These are what we call the 'YMMV items.' Things that some people find in this work. We call them 'your mileage might vary' because not everyone sees these things in the same way. This starts discussions in the trope lists, a thing we don't want. Please use the discussion page if you'd like to discuss any of these items.
Is Schultz really the dim-witted Bavarian hick he appears to be, or is he Obfuscating Stupidity to cover his secret opposition against the Nazi system, while at the same time consciously helping Hogan's plans? It's more believable when you learn Schultz in peacetime was CEO of one of the largest toy-makers in Germany.
The same can be wondered about Klink. Schultz once admitted to Klink that he was a member of the German Socialist party before the war, at the same time Klink admitted that he hated the whole Nazi system - particularly the SS. These probably helped them to turn a blind eye to some of Hogan's most blatant lies and plots.
Despite portraying Nazis as buffoons and idiots, several critics took the show to task for just that reason ... that they were portrayed as comics and good for a harmless laugh and not bloodthirsty, cunning and vile human beings who were (on Adolf Hitler's orders) out to exterminate entire races of people. One notable scathing critique came in the 1974 book "Let's Stop Destroying Our Children," which gave harsh criticism to the series, at the time a top-rated hit in syndicated reruns. MAD Magazine satirized the show with "Hochman's Heroes", a sitcom set in the Buchenwald concentration camp.
Newkirk and LeBeau's teasing Carter for his Sioux heritage. Particularly jarring since the show treats all of its other characters respectfully.
Ensemble Darkhorse: Sgt. Wilson. For a character who appears for 1 minute in one episode ("Operation Briefcase"), he is frequently featured in fanworks. Most likely so because he is the OC Stand In for a medic.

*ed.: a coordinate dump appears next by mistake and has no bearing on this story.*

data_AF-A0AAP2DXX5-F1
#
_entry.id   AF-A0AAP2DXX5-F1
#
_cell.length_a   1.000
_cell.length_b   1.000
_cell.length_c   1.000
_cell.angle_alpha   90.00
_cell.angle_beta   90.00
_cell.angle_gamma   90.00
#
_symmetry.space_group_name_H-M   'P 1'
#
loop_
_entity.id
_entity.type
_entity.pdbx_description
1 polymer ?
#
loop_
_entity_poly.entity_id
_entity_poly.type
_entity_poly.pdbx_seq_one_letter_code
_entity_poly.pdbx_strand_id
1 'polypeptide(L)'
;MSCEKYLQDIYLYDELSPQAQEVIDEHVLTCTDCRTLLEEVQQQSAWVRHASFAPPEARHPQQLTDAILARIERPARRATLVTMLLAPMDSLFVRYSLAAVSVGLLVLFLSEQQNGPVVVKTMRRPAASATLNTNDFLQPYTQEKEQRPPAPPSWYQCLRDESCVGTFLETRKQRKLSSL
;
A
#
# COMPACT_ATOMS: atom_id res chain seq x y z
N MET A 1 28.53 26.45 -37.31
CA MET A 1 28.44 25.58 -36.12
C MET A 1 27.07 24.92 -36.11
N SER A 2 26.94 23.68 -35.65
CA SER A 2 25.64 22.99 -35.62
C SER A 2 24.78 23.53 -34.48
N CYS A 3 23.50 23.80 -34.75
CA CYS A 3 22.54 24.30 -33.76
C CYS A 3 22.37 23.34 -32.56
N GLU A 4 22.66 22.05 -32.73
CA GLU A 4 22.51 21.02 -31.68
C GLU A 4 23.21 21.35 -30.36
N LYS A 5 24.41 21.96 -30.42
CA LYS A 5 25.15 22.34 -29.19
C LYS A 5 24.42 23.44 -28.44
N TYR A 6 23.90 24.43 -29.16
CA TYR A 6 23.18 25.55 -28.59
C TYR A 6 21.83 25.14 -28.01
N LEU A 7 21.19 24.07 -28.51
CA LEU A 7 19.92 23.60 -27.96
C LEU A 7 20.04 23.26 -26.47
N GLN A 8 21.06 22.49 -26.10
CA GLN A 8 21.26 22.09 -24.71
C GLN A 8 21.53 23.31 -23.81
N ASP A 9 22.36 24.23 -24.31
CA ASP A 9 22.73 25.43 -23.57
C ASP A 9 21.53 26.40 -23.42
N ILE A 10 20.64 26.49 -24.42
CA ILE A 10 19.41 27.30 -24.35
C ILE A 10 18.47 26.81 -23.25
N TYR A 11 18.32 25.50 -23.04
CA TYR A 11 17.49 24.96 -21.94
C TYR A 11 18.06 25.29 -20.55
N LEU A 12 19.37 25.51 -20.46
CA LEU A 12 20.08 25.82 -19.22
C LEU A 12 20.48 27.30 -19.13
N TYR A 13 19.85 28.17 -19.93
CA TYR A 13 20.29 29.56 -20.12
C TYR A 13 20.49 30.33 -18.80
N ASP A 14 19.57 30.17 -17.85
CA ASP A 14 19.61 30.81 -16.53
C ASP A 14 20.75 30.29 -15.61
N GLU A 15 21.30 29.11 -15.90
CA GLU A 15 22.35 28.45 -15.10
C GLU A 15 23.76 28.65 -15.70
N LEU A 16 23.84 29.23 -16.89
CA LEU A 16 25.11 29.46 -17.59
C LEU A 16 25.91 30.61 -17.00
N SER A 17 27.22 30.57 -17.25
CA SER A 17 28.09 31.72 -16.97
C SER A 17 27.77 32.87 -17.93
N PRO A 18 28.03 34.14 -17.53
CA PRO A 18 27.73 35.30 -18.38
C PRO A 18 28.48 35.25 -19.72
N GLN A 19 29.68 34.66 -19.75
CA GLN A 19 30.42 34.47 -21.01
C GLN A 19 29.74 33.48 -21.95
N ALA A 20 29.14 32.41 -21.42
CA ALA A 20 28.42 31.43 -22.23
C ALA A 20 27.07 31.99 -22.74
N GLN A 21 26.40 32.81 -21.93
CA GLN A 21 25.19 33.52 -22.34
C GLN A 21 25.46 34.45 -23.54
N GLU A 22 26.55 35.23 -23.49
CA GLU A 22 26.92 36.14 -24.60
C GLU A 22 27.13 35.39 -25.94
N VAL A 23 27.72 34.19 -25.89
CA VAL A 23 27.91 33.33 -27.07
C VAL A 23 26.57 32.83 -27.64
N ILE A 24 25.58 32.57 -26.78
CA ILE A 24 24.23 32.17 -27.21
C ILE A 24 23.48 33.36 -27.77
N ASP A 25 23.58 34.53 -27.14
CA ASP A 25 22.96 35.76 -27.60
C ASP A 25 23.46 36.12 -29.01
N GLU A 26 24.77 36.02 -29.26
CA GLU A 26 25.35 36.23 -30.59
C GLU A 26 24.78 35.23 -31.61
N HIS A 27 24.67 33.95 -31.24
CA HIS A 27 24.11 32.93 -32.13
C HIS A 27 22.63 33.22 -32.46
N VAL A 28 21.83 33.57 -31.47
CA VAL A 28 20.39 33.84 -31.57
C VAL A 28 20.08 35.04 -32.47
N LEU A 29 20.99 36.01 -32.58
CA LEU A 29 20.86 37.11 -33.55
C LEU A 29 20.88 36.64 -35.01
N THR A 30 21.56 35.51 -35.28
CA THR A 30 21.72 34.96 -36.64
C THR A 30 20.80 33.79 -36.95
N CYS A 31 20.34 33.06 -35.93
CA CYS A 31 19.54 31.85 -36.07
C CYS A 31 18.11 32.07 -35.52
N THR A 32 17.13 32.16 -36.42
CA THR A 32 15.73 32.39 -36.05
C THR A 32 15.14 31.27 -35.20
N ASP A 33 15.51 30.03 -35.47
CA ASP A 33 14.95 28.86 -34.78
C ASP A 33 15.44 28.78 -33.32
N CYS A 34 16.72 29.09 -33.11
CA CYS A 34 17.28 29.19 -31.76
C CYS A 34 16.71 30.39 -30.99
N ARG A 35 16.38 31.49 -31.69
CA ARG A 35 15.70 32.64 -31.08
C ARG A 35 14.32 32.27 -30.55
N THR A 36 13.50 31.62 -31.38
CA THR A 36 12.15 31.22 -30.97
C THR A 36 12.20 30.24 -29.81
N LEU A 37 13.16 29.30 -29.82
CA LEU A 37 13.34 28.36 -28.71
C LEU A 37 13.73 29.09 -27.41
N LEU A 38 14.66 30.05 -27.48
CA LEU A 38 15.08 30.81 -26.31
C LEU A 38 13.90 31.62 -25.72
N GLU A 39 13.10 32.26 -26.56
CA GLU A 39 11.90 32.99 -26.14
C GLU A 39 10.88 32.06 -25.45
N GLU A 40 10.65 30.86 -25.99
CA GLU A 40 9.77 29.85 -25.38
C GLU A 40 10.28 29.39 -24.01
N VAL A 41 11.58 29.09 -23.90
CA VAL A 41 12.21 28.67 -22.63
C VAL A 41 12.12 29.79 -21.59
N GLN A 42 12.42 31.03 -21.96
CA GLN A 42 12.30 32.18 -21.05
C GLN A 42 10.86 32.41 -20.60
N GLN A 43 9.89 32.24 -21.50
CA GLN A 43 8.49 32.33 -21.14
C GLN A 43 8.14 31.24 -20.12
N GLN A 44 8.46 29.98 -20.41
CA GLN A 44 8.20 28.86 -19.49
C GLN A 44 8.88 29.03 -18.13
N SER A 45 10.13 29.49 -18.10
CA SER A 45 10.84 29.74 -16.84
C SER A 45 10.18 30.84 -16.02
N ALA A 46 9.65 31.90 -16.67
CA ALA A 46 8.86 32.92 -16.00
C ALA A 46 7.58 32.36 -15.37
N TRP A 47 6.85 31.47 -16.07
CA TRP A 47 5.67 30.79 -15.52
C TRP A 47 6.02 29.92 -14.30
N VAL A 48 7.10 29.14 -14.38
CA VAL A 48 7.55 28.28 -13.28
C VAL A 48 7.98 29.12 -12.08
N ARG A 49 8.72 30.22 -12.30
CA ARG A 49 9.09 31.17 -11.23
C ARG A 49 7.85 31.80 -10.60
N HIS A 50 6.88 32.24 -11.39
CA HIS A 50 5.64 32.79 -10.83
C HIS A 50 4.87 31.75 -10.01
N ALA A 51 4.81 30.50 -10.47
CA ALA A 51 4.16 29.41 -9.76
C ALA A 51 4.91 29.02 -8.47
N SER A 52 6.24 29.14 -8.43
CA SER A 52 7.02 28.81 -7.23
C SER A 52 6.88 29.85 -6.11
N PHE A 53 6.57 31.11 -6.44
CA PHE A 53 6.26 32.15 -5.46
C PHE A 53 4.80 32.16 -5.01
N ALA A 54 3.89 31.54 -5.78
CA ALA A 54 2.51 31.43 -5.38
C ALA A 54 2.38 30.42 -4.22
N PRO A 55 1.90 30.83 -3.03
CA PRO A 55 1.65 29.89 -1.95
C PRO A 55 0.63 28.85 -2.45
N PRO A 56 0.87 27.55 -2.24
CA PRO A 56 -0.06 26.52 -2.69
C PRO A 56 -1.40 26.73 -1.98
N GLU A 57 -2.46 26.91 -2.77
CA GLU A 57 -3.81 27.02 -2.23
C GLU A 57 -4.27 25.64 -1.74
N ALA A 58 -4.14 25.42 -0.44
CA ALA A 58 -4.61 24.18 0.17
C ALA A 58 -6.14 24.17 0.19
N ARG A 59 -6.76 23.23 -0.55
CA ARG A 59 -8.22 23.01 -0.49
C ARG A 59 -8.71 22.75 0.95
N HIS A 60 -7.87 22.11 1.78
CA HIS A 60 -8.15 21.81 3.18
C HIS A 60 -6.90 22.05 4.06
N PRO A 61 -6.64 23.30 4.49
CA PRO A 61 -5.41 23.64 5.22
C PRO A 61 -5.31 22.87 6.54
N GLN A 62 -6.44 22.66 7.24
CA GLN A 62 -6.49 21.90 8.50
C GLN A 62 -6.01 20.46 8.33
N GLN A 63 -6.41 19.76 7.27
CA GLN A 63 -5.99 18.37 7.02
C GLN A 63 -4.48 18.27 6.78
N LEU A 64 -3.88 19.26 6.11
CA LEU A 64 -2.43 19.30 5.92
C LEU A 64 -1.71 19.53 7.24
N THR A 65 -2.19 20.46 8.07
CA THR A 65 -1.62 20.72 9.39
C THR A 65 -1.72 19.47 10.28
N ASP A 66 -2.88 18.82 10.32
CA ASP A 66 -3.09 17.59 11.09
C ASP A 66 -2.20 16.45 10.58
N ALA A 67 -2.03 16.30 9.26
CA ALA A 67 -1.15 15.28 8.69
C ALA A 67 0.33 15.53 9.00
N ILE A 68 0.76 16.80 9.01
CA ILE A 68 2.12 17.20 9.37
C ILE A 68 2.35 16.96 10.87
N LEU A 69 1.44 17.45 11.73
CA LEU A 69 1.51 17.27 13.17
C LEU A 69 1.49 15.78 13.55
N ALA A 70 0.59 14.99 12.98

Fair for Its Day/Values Resonance: In the casting, as described in the introduction to the main article. Critics who slam the program for trivializing Nazi concentration camps (always seeming to ignore how the show actually depicts a POW camp for Western Allied prisoners, not a concentration camp proper) never get around to just how much of a groundbreaker it was, in the American TV environment of the early 1960's, to cast an African-American not as second- or third-banana comic relief, but as Hogan's right-hand man and the man responsible for creating all the gadgetry the team needed to do its work (adumbrating Mission: Impossible).
Fridge Horror: Whenever Hogan is ordered to eliminate a female target (such as in "Who Stole my Copy of Mein Kampf"), rather than killing them, he sets them up to be arrested by the Gestapo. Isn't that ''worse''?
In "Easy Come, Easy Go," Burkhalter brings two very attractive ladies to camp in an attempt to seduce information out of Hogan, who seems very content sharing a sofa with two lovely ladies who are showering him with affection; predating any publically-made details of the antics of his private life.
The cast appeared on The Leslie Uggams Show in a gospel-themed segment in which the cast are asked of their sins, to which Bob Crane cheekily remarks, "I've been known to fiddle around."
In "Klink Vs. the Gonculator", Sgt. Carter is trying to catch a rabbit. Former US president Jimmy Carter was attacked by a giant rabbit on a fishing trip in Real Life.
In-show, in an early episode Newkirk adamantly refuses to dress up as a woman (before a Gilligan Cut showing him in a wig and a dress, of course). Of the five Heroes he turns up to be the one who later dresses up as a middle-aged/old woman most often over the course of the series.
Some of Hogan's more... aggressive actions towards women come off as creepy to modern eyes.
While Kinchloe gets his chance at two women, both of them are black. He almost never vocally shares the other inmates' interest in beautiful white women. This might also be an aversion of Politically Correct History, as it wouldn't be particularly smart for a black man to do so even among friends in that time period.
When Carter reveals that he is part Native American, LeBeau and Newkirk spend the rest of the episode mocking him over it, to his evident displeasure. Especially jarring given the show's generally respectful treatment of its African-American characters.
Similar to the Native American example, women who aren't young and thin get hit pretty hard. Frau Linkmeyer gets the worst of it (due to appearing the most), but Burkhalter's niece in "Gowns by Yvette" is mocked for being a pudgy woman that no man would ever genuinely want.
While the original is unclear on where in Germany the Germans came from, the aforementioned dub has Klink from Dresden and Schultz from Munich. Why? Because the Saxon and Bavarian accents are the ones other Germans find the funniest...
There is an old rivalry between Bavarians and the rest of Germany, or, as the Bavarians say it, "Prussia". This is also referenced in the German dub. Schultz even calls Klink "Saupreiß" on some occasions.